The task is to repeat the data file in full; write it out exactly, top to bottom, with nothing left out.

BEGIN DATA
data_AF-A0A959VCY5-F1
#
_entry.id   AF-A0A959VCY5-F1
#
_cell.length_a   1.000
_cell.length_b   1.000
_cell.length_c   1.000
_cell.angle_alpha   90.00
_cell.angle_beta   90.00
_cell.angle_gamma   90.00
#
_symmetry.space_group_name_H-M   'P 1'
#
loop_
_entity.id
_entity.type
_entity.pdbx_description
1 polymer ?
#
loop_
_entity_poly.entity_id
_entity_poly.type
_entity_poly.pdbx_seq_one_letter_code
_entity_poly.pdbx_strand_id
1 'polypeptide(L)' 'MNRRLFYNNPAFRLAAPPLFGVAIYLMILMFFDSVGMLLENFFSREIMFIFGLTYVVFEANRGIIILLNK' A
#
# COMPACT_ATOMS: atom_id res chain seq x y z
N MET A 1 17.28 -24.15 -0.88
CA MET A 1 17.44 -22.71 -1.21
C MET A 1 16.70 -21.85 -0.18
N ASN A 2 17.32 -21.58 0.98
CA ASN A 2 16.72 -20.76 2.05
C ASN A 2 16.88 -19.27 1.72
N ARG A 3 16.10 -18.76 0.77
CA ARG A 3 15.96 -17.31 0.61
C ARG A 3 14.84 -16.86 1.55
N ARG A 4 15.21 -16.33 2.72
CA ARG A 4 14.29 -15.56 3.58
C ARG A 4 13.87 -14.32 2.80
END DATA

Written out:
data_AF-A0A959VCY5-F1
#
_entry.id   AF-A0A959VCY5-F1
#
_cell.length_a   1.000
_cell.length_b   1.000
_cell.length_c   1.000
_cell.angle_alpha   90.00
_cell.angle_beta   90.00
_cell.angle_gamma   90.00
#
_symmetry.space_group_name_H-M   'P 1'
#
loop_
_entity.id
_entity.type
_entity.pdbx_description
1 polymer ?
#
loop_
_entity_poly.entity_id
_entity_poly.type
_entity_poly.pdbx_seq_one_letter_code
_entity_poly.pdbx_strand_id
1 'polypeptide(L)' 'MNRRLFYNNPAFRLAAPPLFGVAIYLMILMFFDSVGMLLENFFSREIMFIFGLTYVVFEANRGIIILLNK' A
#
# COMPACT_ATOMS: atom_id res chain seq x y z
N MET A 1 17.28 -24.15 -0.88
CA MET A 1 17.44 -22.71 -1.21
C MET A 1 16.70 -21.85 -0.18
N ASN A 2 17.32 -21.58 0.98
CA ASN A 2 16.72 -20.76 2.05
C ASN A 2 16.88 -19.27 1.72
N ARG A 3 16.10 -18.76 0.77
CA ARG A 3 15.96 -17.31 0.61
C ARG A 3 14.84 -16.86 1.55
N ARG A 4 15.21 -16.33 2.72
CA ARG A 4 14.29 -15.56 3.58
C ARG A 4 13.87 -14.32 2.80